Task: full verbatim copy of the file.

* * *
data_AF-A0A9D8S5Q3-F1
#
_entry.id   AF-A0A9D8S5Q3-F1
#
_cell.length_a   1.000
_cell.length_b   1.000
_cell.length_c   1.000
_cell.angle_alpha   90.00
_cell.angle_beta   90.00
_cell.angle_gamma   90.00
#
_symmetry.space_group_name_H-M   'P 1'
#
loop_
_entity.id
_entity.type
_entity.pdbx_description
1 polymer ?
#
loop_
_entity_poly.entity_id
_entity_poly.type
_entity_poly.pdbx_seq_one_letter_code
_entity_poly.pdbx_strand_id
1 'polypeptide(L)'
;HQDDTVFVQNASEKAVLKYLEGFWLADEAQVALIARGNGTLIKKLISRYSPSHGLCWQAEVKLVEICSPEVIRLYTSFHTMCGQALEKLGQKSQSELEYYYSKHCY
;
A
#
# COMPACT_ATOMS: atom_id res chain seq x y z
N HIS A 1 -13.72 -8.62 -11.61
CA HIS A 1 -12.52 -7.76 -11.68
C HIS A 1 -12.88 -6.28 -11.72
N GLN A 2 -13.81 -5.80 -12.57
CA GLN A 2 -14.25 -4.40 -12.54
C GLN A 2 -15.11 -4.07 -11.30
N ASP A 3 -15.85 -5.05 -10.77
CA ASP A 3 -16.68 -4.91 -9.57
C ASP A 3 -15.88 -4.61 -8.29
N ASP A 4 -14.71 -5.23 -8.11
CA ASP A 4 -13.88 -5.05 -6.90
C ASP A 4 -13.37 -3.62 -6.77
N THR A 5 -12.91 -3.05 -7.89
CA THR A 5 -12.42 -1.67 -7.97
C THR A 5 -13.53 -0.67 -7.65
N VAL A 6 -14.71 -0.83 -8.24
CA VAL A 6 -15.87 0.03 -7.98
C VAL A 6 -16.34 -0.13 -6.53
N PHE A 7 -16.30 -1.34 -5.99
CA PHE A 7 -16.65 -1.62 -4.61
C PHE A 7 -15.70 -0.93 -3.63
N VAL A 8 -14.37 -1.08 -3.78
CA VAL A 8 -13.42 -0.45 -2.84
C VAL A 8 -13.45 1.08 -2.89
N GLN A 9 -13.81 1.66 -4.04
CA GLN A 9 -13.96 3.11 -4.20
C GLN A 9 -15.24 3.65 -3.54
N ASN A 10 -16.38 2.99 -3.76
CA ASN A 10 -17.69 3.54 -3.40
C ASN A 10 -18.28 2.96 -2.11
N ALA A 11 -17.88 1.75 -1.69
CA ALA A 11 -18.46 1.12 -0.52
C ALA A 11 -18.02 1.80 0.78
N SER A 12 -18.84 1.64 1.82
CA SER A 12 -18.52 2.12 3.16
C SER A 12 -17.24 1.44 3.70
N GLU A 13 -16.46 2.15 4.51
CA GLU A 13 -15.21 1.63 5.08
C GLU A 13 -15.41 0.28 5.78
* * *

data_AF-A0A9D8S5Q3-F1
#
_entry.id   AF-A0A9D8S5Q3-F1
#
_cell.length_a   1.000
_cell.length_b   1.000
_cell.length_c   1.000
_cell.angle_alpha   90.00
_cell.angle_beta   90.00
_cell.angle_gamma   90.00
#
_symmetry.space_group_name_H-M   'P 1'
#
loop_
_entity.id
_entity.type
_entity.pdbx_description
1 polymer ?
#
loop_
_entity_poly.entity_id
_entity_poly.type
_entity_poly.pdbx_seq_one_letter_code
_entity_poly.pdbx_strand_id
1 'polypeptide(L)'
;HQDDTVFVQNASEKAVLKYLEGFWLADEAQVALIARGNGTLIKKLISRYSPSHGLCWQAEVKLVEICSPEVIRLYTSFHTMCGQALEKLGQKSQSELEYYYSKHCY
;
A
#
# COMPACT_ATOMS: atom_id res chain seq x y z
N HIS A 1 -13.72 -8.62 -11.61
CA HIS A 1 -12.52 -7.76 -11.68
C HIS A 1 -12.88 -6.28 -11.72
N GLN A 2 -13.81 -5.80 -12.57
CA GLN A 2 -14.25 -4.40 -12.54
C GLN A 2 -15.11 -4.07 -11.30
N ASP A 3 -15.85 -5.05 -10.77
CA ASP A 3 -16.68 -4.91 -9.57
C ASP A 3 -15.88 -4.61 -8.29
N ASP A 4 -14.71 -5.23 -8.11
CA ASP A 4 -13.88 -5.05 -6.90
C ASP A 4 -13.37 -3.62 -6.77
N THR A 5 -12.91 -3.05 -7.89
CA THR A 5 -12.42 -1.67 -7.97
C THR A 5 -13.53 -0.67 -7.65
N VAL A 6 -14.71 -0.83 -8.24
CA VAL A 6 -15.87 0.03 -7.98
C VAL A 6 -16.34 -0.13 -6.53
N PHE A 7 -16.30 -1.34 -5.99
CA PHE A 7 -16.65 -1.62 -4.61
C PHE A 7 -15.70 -0.93 -3.63
N VAL A 8 -14.37 -1.08 -3.78
CA VAL A 8 -13.42 -0.45 -2.84
C VAL A 8 -13.45 1.08 -2.89
N GLN A 9 -13.81 1.66 -4.04
CA GLN A 9 -13.96 3.11 -4.20
C GLN A 9 -15.24 3.65 -3.54
N ASN A 10 -16.38 2.99 -3.76
CA ASN A 10 -17.69 3.54 -3.40
C ASN A 10 -18.28 2.96 -2.11
N ALA A 11 -17.88 1.75 -1.69
CA ALA A 11 -18.46 1.12 -0.52
C ALA A 11 -18.02 1.80 0.78
N SER A 12 -18.84 1.64 1.82
CA SER A 12 -18.52 2.12 3.16
C SER A 12 -17.24 1.44 3.70
N GLU A 13 -16.46 2.15 4.51
CA GLU A 13 -15.21 1.63 5.08
C GLU A 13 -15.41 0.28 5.78